I get a lot of questions about frugal lifestyles. Some are positive, some are very very negative. There are people who simply do not understand how anyone could voluntarily choose frugality. If you have money, you should spend it. Sure you should save some of it, but they feel they need the house, the cars, the big screen, the clothes, and can’t understand why others wouldn’t choose the same. I started to write about it, and realized I have way too much to say on the topic! So I decided to create a series about it. Hopefully this series will shine some light on this new age of frugality and why it really isn’t such a crazy choice!
So we’ve talked about the meaning of frugality, the new frugality and how to make frugality a habit. How can we use frugal living to get ahead though? That is the goal, right? We aren’t living on less to punish ourselves! It has to mean something, we have to have goals! So where do you start?
Using Frugality to Get Ahead
The great thing about frugal living is that nothing is ever really off limits to us. Delayed gratification doesn’t mean deprivation. So sit down with your spouse/family/cup of coffee and start thinking about your goals. What do you really want in life? Big things, little things, silly things, important things. What are your goals?
The best thing to do is to divide them into categories:
- Short term: I want this really soon. It’s reasonable to expect I can get this soon if I save up.
- Long term: I want this in the next few years. It’s reasonable to expect that in the next few years I can save up for this.
- Very long term: This would include things like retirement, vacation home in Barbados…just the loftier goals you have for way out in the future.
Crunch the numbers
Now you need to sit down and crunch the numbers.
- Start with your very longterm goals first (preferably the more realistic and essential ones), and decide what you need to do now to get there. Work these numbers into your budget. You might find that on your current income…you can’t put as much aside for this as you would like. Remember, your income will likely go up as you age. Put as much towards these goals as you can without making yourself really uncomfortable now . Remember we aren’t guaranteed tomorrow. Don’t make yourself miserable today for some goal you have 30 years from now. Think of a graduated savings plan where you contribute a bit more to these goals every year until you are at your desired contribution (for instance, we increase our 401k contributions 1% every year).
- Next work on your long term goals. This might be a house, a bigger house, a car, vacation, etc. These goals your want to reach within the next few years (I’d say 5-10 max). How much do you need to set aside every month to make this dream a reality? You might find a bigger, more expensive house isn’t actually a reality within your budget constraints. You might find when you crunch the numbers that you can actually do some of these things sooner then expected! Portion off a part of your savings budget to reach your long term goals and increase the amount as your income grows. You might meet these goals sooner than you think!
- Short term goals. I’m going to admit that these are my favorite. They are generally a bit more fun and flexible. They are within our reach, we just have to plan for them for a bit. This could be a vacation, a cool new gadget, even a fancy night out on the town! Make sure your long term and very long term goals have savings portioned off and the rest goes towards your short term goals (this is in a zero based budget, where every dollar has a name. This includes your savings!). One short term goal which is essential is to have a certain amount of living expenses set aside and untouchable. Most recommend 6 months of living expenses. This protects you in case of job loss, illness, or death in the family. Having a good reserve of living expenses set aside is pretty essential in today’s shaky economy. This should be priority #1 in your short term savings (although this one could potentially take you a long time, the more you live within your means though, the faster you will get this accomplished). I am not including debts into your short term savings, because those should be worked into your budget before you even consider your savings.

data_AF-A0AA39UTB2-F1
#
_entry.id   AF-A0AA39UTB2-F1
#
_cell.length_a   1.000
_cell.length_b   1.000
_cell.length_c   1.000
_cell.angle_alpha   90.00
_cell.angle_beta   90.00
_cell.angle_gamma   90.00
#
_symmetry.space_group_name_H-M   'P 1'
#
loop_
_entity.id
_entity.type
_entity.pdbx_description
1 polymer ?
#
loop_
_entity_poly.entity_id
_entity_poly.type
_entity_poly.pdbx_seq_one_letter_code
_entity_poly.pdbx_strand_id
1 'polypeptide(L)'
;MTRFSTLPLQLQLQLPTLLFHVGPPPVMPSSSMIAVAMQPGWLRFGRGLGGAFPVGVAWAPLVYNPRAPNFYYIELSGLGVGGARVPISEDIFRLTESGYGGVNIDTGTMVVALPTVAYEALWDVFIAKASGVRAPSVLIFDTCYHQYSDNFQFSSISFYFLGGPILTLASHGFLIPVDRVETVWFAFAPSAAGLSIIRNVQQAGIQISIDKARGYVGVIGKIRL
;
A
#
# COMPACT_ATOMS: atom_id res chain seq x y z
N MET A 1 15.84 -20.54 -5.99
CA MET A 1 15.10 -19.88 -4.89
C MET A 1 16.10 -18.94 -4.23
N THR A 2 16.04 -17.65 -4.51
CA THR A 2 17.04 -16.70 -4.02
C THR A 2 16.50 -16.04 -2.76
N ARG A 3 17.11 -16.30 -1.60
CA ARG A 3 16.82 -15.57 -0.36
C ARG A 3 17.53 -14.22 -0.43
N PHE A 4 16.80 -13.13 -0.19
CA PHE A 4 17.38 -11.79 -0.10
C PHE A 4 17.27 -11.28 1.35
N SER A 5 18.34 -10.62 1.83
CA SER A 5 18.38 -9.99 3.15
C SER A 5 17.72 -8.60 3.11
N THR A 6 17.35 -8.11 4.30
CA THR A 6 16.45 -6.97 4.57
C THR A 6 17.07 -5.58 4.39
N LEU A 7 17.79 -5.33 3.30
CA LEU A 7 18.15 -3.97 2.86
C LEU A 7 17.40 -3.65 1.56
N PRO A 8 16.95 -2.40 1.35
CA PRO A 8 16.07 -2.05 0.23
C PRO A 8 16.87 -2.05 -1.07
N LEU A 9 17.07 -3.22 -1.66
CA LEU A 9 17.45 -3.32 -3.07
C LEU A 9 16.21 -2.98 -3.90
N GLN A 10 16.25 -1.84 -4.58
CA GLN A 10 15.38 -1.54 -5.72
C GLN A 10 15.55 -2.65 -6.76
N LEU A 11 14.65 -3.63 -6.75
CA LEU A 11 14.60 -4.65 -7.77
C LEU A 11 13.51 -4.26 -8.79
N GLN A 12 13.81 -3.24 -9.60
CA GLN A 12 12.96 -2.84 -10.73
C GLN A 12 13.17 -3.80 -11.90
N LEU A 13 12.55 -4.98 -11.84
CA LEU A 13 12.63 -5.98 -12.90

Stick to Your Plan, You Will Get Ahead
If you crunch the numbers and work out a plan to give every savings dollar a name…you will (barring job loss, illness, death in the family) reach your financial goals and get ahead. Frugal living isn’t about living poor, it’s about living wealthy within your income. Will you always be perfect? No, of course not. Set expectations for your finances and you’ll be much more likely to spend and save with purpose! The rich don’t get rich because they spend with wild abandon, they get rich because they spend with purpose.
This isn’t a set it and forget it plan however. You will consistently need to sit down and re-evaluate your goals. Inflation, life changes (new babies, new jobs, etc) can throw a real wrench in the best laid plans. Set a date each month (or every few months, whatever works best for you) to have a financial planning meeting to make sure things are progressing along the correct path!
I am not a financial advisor. I know what works for me and what works for my family, but I certainly don’t claim to have all the answers! Here are a few helpful resources to help you out on your journey to living a life of frugality:
Budget Savvy Diva
Do you have advice? Share it in the comments! I’ve really enjoyed writing this series and I hope you’ve enjoyed reading it!
Making Frugality a Habit